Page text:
FIG. 6 is a perspective view of the embodiment of FIG. 2 showing a portion of the underside of the embodiment;
FIG. 7 is a section of the line VII--VII of FIG. 2 showing the paper disc barrier in the engaged position;
FIG. 8 is a plan view of the paper disc barrier in the engaged position shown in FIG. 7;
FIG. 9 is a section of the line VII--VII of FIG. 2 showing the paper disc barrier in the disengaged position;
FIG. 10 is a plan view of the paper disc barrier in the disengaged position shown in FIG. 9.
Referring to FIG. 1 of the drawings, a unitary loose-leaf binder and paper-punch combination includes a binder case 10 having front and back covers 12 and 14 respectively and side panel 16. The unitary loose-leaf binder and paper-punch means 18 are affixed to the binder case 10 by rivets 20. In this specification "unitary loose-leaf binder and paper-punch combination" refers to the complete assembly, including the binder case, whereas "unitary loose-leaf binder and paper-punch means" refers to the mechanism only, not including the binder case 10. The binder case 10 is a well-known, standard article which will not be further described herein. In FIG. 1, the unitary loose-leaf binder and paper-punch means 18 is shown affixed to side panel 16 of binder case 10, but it may equally well be affixed to back cover 14.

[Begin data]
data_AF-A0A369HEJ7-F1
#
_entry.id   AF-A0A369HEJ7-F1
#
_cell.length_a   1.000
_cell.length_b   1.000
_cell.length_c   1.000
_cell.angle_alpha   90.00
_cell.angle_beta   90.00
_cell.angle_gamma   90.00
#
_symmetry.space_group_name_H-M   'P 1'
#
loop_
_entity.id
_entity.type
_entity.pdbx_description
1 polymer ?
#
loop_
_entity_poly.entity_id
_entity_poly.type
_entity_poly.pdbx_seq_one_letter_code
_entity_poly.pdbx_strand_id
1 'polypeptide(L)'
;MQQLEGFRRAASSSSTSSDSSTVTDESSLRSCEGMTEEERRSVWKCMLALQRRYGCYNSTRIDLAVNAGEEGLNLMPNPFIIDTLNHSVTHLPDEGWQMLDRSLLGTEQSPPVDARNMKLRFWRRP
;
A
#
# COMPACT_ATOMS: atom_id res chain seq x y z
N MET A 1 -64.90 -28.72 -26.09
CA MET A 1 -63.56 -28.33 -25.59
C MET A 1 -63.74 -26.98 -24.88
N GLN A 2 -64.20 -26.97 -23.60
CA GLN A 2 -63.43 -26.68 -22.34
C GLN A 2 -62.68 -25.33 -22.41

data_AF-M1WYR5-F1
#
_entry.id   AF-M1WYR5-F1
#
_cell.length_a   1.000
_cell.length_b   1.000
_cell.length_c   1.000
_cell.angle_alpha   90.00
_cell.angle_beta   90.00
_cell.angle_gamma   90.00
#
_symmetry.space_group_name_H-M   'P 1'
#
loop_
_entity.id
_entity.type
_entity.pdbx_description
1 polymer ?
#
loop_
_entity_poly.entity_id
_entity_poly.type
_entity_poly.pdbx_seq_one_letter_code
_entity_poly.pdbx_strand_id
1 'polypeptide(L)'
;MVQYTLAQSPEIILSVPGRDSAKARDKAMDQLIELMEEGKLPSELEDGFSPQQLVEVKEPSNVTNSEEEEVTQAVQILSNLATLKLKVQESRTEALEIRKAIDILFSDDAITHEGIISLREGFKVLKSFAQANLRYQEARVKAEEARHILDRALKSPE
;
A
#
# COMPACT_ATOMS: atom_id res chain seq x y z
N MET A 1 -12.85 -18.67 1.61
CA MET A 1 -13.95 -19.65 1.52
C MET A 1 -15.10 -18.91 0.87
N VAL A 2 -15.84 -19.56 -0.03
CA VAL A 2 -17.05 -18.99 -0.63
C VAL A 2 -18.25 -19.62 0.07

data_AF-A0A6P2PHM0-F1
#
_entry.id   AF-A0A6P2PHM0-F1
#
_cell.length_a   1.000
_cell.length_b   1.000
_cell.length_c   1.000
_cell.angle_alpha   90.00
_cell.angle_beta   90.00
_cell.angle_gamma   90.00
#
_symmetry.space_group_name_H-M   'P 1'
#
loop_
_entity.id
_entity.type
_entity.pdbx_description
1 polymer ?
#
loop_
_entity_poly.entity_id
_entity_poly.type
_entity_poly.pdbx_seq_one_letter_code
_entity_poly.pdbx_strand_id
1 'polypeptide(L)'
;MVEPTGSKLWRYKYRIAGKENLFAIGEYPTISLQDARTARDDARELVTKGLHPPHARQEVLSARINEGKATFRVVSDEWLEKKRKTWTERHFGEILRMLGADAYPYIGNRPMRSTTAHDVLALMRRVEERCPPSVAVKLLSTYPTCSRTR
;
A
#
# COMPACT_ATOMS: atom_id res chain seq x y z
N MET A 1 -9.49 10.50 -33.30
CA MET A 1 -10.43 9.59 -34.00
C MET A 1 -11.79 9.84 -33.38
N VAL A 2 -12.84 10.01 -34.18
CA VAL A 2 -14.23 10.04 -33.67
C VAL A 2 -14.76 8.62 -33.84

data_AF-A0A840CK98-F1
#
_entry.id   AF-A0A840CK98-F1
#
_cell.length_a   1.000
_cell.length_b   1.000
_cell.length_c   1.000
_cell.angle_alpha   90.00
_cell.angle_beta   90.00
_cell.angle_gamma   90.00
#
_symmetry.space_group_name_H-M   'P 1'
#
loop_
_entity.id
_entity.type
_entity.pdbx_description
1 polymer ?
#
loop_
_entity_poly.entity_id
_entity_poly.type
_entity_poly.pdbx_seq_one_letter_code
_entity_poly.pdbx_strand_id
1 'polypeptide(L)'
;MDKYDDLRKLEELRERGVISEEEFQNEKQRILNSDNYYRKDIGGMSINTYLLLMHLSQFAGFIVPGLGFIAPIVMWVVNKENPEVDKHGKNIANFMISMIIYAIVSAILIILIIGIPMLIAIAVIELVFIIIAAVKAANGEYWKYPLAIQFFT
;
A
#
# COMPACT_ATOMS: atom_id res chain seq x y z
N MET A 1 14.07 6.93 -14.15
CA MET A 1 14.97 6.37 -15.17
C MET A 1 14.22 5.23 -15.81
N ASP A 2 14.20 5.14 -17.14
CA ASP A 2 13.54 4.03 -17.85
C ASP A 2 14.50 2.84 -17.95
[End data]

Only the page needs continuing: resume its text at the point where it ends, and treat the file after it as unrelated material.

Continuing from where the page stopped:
The unitary loose-leaf binder and paper-punch means 18 has two hinge plates 22, 23 having outer edges 24 and 26 and inner edges 28 and 30. The inner edges, 28, 30 of hinge plates 22, 23 are kept in operative association by a plurality of tab means 38, 40 on the upper side of inner edges 30 and 28 respectively, by a plurality of tab means 39, 41 on the lower side of these edges, and by means of cover 32 whose lips 34, 36 engage the outer edges 26 and 24 respectively of hinge plates 22 and 23. A space 44 is formed between cover 32 and hinge plates 22, 23. A plurality of arms 50 is affixed to hinge plates 22, 23. The arms 50 are positioned to form mating pairs such that a closed binding ring may be formed by each pair of arms 50. Each arm has a free end 51. When the arms 50 are in the closed position, the free ends 51 of each mating pair of arms 50 are touching each other. The tips of the free ends may be shaped to interlock with one another according to designs well-known in the art. The preferred embodiment illustrated shows three pairs of mating arms 50, but other numbers of pairs may be used if desired. Openings 52 in hinge cover 32 permit the movement of arms 50 from a closed to an opened position, as described below.